Presented by John Humphrys and Sue MacGregor
6.30,7.30,8.30 News Summary
6.45* Business News with PETER DAY
7.00,8.00 Today's News Read by PETER DONALDSON
7.25*, 8.25* Sport
With GARRY RICHARDSON
7.45* Thought for the Day
8.35* Yesterday in Parliament
Clay Jones calls on the expert knowledge of Dr Stefan Buczacki Fred Downham and Dick Robinson to answer Queries sent in by post. Producer DIANA STENSON BBC Manchester
Questions, on postcards only please, to: Gardeners' Question Time. BBC POBox27. Oxford Road Manchester M60 ISJ
How much power and influence is vested in Britain's leading institutions? Are they changing to meet the challenge of the late 80s? This third series takes a critical look at six more pillars of society.
5: The British Medical Association
In its 156 years the British
Medical Association has ridden out the arguments raging around the medical profession from body snatching to the NHS crisis. Polly Toynbee questions whether its present high public profile indicates growing or diminishing influence. Producer JOHN FORSYTH
(Re-broadcast tomorrow at 7.30pm)
From the apparently obvious to the downright obscure, Dilly Barlow attempts to answer your questions with advice from experts and help from the BBC Reference Library.
Producer CATHY DRYSDALE Questions to: Enquire Within BBC, London WIA 1AA
by E. W. HORNUNG
The last of six stories dramatised by DAVID BUCK with and The Gift of the Emperor
Raffles plans the most daring enterprise of his career - the theft of a jewel worth £100,000. But Inspector Mackenzie is hot on Raffles's trail, and our intrepid cracksman's luck finally runs out.
Music by JIM PARKER
Directed by GORDON HOUSE Stereo
(Radio 41 World Service co-production) (Re-broadcast next Sunday)
by DAVE SHEASBY with For 20 years Bernard has been criss-crossing the country with a great cultural heritage in his boot. And thanks to Bernard's selling skills there isn't a historical edifice in England without a Mansionprint in its shop. Except one.
Producer ROBERT COOPER BBC Manchester Stereo (R)
A season of weepies at the National Film Theatre aims to shed light on why audiences shed tears. Michael Oliver examines the handkerchief ratings of films as diverse as Paris, Texas and It's 's a Wonderful Life, and talks to film makers and critics about the cinema of moisture.
Producer CARROLL MOORE
Who sounds like Mickey Mouse on helium? Which highly respected prime minister made a pop song? And what are the favourite 'dewdrops' of Benny Green , Eleanor Bron Ian McKellen and CeliaHaddon?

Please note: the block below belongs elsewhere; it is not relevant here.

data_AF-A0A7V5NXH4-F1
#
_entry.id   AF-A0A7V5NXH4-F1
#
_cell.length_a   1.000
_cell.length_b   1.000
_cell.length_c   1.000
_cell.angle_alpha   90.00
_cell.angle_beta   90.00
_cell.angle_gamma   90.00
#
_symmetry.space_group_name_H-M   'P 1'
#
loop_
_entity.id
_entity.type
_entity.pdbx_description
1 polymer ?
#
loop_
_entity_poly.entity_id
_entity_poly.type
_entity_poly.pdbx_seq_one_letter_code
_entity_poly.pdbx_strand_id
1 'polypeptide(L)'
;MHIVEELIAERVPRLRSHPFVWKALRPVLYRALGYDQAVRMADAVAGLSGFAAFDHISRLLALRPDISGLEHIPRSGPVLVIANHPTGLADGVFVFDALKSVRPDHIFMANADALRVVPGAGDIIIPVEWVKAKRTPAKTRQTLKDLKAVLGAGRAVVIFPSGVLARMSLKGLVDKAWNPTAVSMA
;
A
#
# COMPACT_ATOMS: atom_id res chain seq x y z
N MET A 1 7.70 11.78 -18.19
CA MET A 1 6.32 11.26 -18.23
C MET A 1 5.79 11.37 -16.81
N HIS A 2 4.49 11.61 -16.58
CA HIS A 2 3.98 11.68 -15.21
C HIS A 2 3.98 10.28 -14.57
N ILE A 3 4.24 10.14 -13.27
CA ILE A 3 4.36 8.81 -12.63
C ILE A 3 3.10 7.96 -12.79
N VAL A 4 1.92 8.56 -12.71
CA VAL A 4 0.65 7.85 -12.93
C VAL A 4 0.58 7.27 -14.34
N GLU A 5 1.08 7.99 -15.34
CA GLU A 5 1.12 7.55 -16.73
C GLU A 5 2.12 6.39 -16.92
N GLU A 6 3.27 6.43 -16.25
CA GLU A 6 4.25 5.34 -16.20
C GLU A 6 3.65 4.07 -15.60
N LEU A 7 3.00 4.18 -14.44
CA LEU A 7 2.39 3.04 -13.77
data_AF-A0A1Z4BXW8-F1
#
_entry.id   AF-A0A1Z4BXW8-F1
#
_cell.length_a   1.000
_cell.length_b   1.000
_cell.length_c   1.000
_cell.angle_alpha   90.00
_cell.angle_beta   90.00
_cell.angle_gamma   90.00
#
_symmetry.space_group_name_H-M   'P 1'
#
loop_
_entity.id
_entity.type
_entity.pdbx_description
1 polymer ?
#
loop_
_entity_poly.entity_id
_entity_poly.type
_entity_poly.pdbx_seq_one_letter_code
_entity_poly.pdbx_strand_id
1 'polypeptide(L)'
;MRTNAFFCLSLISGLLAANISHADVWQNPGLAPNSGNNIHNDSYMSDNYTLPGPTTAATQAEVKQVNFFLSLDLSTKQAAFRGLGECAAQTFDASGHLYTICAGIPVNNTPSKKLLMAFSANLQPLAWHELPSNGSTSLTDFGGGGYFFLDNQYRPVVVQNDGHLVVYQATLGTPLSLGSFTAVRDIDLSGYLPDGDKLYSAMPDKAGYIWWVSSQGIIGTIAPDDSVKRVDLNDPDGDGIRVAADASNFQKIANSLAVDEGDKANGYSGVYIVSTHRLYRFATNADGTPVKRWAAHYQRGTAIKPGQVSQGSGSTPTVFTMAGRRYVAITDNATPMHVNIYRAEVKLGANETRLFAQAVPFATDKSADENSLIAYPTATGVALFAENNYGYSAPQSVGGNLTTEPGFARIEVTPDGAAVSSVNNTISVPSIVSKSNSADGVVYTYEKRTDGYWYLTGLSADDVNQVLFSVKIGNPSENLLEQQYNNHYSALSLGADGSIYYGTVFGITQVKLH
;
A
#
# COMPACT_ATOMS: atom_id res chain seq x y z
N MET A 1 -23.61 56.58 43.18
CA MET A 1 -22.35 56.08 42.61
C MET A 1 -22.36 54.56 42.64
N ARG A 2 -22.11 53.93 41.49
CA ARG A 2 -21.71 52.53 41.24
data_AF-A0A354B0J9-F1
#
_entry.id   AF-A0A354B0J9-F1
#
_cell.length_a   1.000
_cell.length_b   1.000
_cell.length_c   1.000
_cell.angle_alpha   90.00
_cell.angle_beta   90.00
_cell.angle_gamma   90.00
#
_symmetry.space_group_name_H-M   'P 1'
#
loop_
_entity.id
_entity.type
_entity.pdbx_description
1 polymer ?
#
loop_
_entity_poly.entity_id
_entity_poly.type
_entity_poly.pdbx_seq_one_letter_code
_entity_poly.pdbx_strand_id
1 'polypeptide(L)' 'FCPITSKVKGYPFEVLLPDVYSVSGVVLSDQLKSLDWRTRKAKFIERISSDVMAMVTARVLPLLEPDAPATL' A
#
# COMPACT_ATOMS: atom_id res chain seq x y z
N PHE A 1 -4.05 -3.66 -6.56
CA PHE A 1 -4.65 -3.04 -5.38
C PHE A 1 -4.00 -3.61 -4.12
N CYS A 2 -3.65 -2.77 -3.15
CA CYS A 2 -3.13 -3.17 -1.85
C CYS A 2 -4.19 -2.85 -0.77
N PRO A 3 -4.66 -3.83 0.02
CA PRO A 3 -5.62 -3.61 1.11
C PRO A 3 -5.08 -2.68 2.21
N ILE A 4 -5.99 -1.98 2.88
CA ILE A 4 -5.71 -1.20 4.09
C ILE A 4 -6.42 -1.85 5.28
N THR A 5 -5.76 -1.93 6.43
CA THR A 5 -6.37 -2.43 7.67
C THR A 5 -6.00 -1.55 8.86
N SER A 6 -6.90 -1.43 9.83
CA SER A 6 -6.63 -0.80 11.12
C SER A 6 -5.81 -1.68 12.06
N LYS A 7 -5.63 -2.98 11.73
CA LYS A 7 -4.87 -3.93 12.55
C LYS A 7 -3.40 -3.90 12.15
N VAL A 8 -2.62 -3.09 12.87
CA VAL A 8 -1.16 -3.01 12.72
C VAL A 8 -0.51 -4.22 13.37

Find out in this week's quotation game.
Devised and presented by Nigel Rees
Quotations read by RONALD FLETCHER
Producer LISSA EVANS. Stereo
In 1942. as part of the war effort, a small group of women was recruited to work on the canal boats carrying cargo from the London docks to the Midlands. They were christened 'idle women' from the initials of the Inland Waterways.
Libby Purves talks to some of these 'trainees' about their far from idle life on the boats. Producer BRIDGET CARTER BBC Manchester (R)
Eight portraits presented by Hugh 0' Shaughnessy 7: Carmen Saenz
What we are trying to do is offer a conservative and democratic alternative to the Junta.
Carmen Saenz has rebuilt the Chilean National Party virtually single-handed. She describes the difficulties, and dangers, of mounting a political challenge to the Pinochet Government.
Series producer MICK WEBB. Stereo
The place that embroidery and sewing has traditionally held in the lives of women is questioned and illustrated in a new exhibition at Manchester's Whitworth Gallery.
Presented by Natalie Wheen Producer KATE WHITEHEAD
(Rev re-broadcast tomorrow 4.35pm)
by Malachi Whitaker abridged in eight episodes by Elizabeth Bradbury.
Read by Stephanie Turner.
The autobiography of the Yorkshire writer, once called the Bradford Chekhov. An insight into the pleasures, sadnesses and preoccupations of a remarkable woman.
BBC Manchester. Stereo
Info: page 77
There are more than 5 million programme listings in Genome. This is a
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- not those of today.
To read scans of the Radio Times magazines from the 1920s, 30s, 40s and
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Genome is a digitised version of the Radio Times from 1923 to 2009 and
is made available for internal research purposes only. You will need to
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This internal version of Genome, which includes all the magazine covers,
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